But daunting challenges remain, as highlighted by speakers at the May 2 fundraising breakfast for National Alliance on Mental Illness (NAMI) Colorado Springs.

"I'm going to share some numbers with you this morning, and you need to buckle up: 445,000 Coloradans have a mental illness that is going untreated," said Tyra Sandoval, a NAMI board member and local realtor. "181,000 of those people report they sought treatment but were unable to get it. 51,000 alone live here in El Paso County. 152 people completed suicide in El Paso County in 2018, and seven of those were teens. 112 were men."

El Paso County Coroner Dr. Leon Kelly, the vice president of NAMI's board, spoke about his own struggle coping with a family member's mental illness.

"I knew what it was like to feel as if your only two options are to watch the person you care for drown or to hold on knowing inevitably you would drown with them," Kelly said. "No one should feel that lost. Every family deserves a place to go for help, and with NAMI, they do."

Kelly highlighted recent local projects informed and supported by NAMI: teen suicide prevention efforts, the formation of the El Paso County Sheriff's Office crisis intervention team, and the launch of the Man Therapy campaign, which aims to destigmatize mental illness for men.

NAMI provides a variety of free mental health programs and services for the community, including support groups and classes for family members of people with mental health issues.

Your reminder this month: Don't forget you can call the free, confidential Colorado Crisis Services phone line at any time if you find yourself in crisis, or just need a friendly ear. Their number: 1-844-493-TALK (8255). You can also text TALK to 38255 to speak with a trained mental health professional, or chat online.

AspenPointe also operates walk-in crisis center locations at:

115 S. Parkside Dr.
Colorado Springs
(Open 24 hours a day, 7 days a week)

...and...

6071 E. Woodmen Road, Suite 135
St. Francis Medical Center, North Care Building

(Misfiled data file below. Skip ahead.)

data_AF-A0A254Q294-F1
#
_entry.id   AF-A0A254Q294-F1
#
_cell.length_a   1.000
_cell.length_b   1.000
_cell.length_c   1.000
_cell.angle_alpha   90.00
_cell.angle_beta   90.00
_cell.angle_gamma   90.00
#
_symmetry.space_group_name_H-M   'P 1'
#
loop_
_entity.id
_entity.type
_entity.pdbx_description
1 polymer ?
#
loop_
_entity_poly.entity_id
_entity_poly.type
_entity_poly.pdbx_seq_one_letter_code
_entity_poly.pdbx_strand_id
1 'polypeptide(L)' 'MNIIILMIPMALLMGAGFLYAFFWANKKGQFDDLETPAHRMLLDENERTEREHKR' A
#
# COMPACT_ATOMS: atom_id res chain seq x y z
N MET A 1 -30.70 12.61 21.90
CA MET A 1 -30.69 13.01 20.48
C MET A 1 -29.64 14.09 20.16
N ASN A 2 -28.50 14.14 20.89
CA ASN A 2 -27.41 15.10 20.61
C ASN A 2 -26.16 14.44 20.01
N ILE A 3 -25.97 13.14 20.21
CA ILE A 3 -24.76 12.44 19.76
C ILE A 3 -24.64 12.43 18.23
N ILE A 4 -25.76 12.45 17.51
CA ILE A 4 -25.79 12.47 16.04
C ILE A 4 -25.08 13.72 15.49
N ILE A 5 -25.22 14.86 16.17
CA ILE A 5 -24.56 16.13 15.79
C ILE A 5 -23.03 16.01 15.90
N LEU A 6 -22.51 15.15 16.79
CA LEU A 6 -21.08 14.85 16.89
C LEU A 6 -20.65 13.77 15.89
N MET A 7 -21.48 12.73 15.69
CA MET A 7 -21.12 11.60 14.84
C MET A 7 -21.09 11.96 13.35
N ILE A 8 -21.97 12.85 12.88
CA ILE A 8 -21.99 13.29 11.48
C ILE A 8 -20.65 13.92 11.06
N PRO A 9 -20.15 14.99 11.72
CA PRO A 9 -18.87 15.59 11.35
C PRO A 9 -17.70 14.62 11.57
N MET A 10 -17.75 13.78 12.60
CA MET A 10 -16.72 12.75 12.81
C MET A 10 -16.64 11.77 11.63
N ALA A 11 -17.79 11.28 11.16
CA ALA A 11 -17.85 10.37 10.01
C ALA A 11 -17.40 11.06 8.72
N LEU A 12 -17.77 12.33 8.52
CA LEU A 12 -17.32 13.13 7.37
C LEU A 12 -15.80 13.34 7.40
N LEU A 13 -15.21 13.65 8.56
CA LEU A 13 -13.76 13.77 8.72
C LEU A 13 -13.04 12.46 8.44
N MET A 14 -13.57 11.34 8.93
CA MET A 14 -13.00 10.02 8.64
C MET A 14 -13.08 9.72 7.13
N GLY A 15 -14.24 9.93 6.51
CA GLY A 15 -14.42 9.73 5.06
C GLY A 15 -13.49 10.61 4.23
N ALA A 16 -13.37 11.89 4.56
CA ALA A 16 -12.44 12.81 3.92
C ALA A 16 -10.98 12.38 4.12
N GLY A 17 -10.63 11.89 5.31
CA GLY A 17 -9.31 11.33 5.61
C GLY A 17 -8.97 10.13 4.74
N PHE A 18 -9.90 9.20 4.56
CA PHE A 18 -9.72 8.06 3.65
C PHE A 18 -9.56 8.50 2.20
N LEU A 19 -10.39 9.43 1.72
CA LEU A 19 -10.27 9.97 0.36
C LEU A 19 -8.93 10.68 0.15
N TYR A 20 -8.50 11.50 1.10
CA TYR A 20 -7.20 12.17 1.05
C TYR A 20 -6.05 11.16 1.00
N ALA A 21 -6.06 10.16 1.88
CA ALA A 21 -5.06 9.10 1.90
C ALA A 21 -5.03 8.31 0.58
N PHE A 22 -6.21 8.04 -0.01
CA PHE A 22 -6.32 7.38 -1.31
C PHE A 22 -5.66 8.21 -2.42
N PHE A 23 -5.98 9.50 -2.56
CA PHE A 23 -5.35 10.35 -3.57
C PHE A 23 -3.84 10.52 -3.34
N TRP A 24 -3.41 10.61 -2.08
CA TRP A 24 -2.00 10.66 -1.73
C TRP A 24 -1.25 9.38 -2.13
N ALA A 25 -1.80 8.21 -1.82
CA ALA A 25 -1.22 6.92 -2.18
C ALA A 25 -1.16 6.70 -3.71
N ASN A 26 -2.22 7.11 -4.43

(Open 8 a.m. to 8 p.m. Monday - Friday and 9 a.m. to 5 p.m. Saturday and Sunday)

The state Department of Human Services, in partnership with Mental Health Colorado, recently launched the Mental Wellness and Addiction Recovery Guide website for people considering mental health or substance use treatment. You can check it out at https://cowellnessrecovery.org/.
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Thursday, April 25, 2019

Measles cases at 25-year peak; Colorado avoids outbreak so far

Posted By on Thu, Apr 25, 2019 at 10:12 AM

The number of measles cases in the United States is at its highest since 2000 — the year measles was "eliminated from this country," the Centers for Disease Control and Prevention announced April 24.
news4-2.jpg

So far this year, the CDC has recorded 695 cases of measles in 22 states. That includes just one adult case in Colorado.

"The high number of cases in 2019 is primarily the result of a few large outbreaks — one in Washington State and two large outbreaks in New York that started in late 2018," the statement reads. "The outbreaks in New York City and New York State are among the largest and longest lasting since measles elimination in 2000. The longer these outbreaks continue, the greater the chance measles will again get a sustained foothold in the United States."

As reported in the Independent on April 24, Colorado's immunization rates are among the lowest in the country. Some researchers say the state is vulnerable to a measles outbreak, because 90 to 95 percent immunization rates are needed to maintain “herd immunity” — protecting citizens from an outbreak — but the state’s kindergarten MMR (measles, mumps and rubella) fully immunized rate for the 2017-18 school year was 88.76 percent. El Paso County’s was 83.22 percent.

In schools (not kindergartens) MMR fully immunized rates were slightly higher. Across Colorado, 94.46 percent of students are fully immunized. In El Paso County, that number shrinks to 92.14 percent.

State lawmakers recently introduced House Bill 1312, as an effort to boost the state's immunization rates by essentially making it less convenient for parents to get non-medical vaccine exemptions. The bill was set for a vote of the full House on April 25.